The Super Bowl has brought sporting fans together from across the globe to cheer on their favorite teams for decades. But, let’s be real. The Super Bowl is really about one thing: the advertisements.
Unlike last year, which took an extremely serious tone, brands tried to find a middle ground between humor and seriousness that resulted in a dozen quality ads and a few that left us scratching our heads. After much debate, we have put together a list of our best and worst picks from the Ad Bowl 2016.
This great tongue-in-cheek spot played off of the (sometimes) true stereotypes that come with driving a Prius. The commercial chronicles the plight of four bank robbers whose getaway car was towed and instead of calling an Uber, they steal a Toyota Prius leaving a bag of cash for the owner. Quickly, a high-speed chase ensues in which people watching on TV are rooting for the Prius…because whoever thought a Prius could run fast enough to serve as a getaway car. While the ad was met with a fair amount of negative sentiments online, we think the story line was a good dose of self-awareness mixed with an absurd enough story that kept us laughing.
Eventually every actor considers selling out. However, Sir Anthony Hopkins would never impugn his integrity with something so crass as a product endorsement. Which is exactly what he isn’t doing by promoting TurboTax.com…because it’s free so there is nothing to sell. Every time we hear the name TurboTax in the spot it gets a little funnier and a little more ridiculous. TurboTax brilliantly brought to life a simple brand idea that had fans raving. Taxes are never fun but this was definitely a fun commercial.
This year was Colgate’s first Super Bowl appearance and we have to commend the brand on spending its time committed to spreading the message of water conservation. The spot called for a simple enough action, turn the faucet off when you are brushing your teeth. This small step could save close to four gallon a day, which is more than some people in developing countries get in a week. The big win for this spot was that it was actionable and something everyone watching the game could do to make a difference.
While this year’s ad bowl may have been missing the cute factor (there was major decrease in the number of babies and puppies that made the big screen cut), Mountain Dew’s attempt at bringing it back was an epic fail. The slightly disturbing and extremely annoying Puppymonkeybaby left fans wondering what on earth the brand was even selling. Not to mention, Mountain Dew did not secure the Twitter handle Puppymonkeybaby prior to the release of the commercial and a number of fake accounts were created almost instantly. We hope that this annoying mascot will quickly be forgotten.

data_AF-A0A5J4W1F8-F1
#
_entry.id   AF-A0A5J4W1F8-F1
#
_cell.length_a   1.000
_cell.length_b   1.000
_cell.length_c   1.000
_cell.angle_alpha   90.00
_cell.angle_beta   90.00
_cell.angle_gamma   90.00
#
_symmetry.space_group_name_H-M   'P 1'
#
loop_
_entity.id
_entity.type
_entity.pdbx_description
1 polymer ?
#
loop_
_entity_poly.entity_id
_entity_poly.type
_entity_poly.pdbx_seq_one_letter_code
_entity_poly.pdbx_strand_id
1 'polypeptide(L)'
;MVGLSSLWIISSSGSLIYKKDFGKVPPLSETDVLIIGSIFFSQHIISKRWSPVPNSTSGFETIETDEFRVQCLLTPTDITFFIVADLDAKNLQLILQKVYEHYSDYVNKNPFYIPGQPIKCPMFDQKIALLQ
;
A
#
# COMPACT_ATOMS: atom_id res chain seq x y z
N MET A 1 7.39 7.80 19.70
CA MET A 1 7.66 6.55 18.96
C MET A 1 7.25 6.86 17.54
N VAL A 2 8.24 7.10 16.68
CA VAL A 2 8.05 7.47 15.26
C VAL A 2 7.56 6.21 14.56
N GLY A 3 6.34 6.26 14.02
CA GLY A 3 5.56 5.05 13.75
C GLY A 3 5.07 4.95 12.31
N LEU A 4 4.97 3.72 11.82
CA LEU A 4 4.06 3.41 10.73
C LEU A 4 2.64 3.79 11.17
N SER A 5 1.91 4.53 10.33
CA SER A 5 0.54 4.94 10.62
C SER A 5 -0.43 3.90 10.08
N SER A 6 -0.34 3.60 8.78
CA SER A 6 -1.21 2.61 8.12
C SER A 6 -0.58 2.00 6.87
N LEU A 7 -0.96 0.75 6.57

Constipation, diarrhea and toe fungus are the last things we want to think about while we are plowing through bowls of guacamole, cream cheese dips and platters of BBQ sandwiches. While potty humor has enormous potential to be funny, these brands completely missed the mark and instead went the way of talking intestines and fungus-infested toes. According to USA Today’s Ad Meter, all three of these spots were ranked among the five worst commercials of Super Bowl 50.
The Quicken Loans Super Bowl commercial began by asking, “Here’s what we were thinking: what if we did for mortgages what the Internet did for buying music, and plane tickets and shoes?” The ad touted that people can get a mortgage on their phones, and asked: “If it could be that easy, wouldn’t more people buy homes?” Bad start. The commercial eerily promoted a lending environment that is similar to the years leading up to the financial crisis in 2008. Even the Consumer Financial Protection Bureau voiced concerns over the ad and encouraged people to take time and evaluate their options when it comes to mortgages. While the intention may have been in the right place, the execution was unsettling and resulted in huge backlash among viewers.
For 364 days a year, we all fast-forward, mute and change the channel the second an ad fills the screen instead of Olivia Pope. However, there is something about the Super Bowl that makes us all marketing experts. Maybe it is because brands pay up to $5 million for thirty seconds of airtime that sets our standards so high. Regardless, we expect the best from big game advertisements and this year did not disappoint. Even though the NFL season may be over, the ad game is just start to ramp up for the year.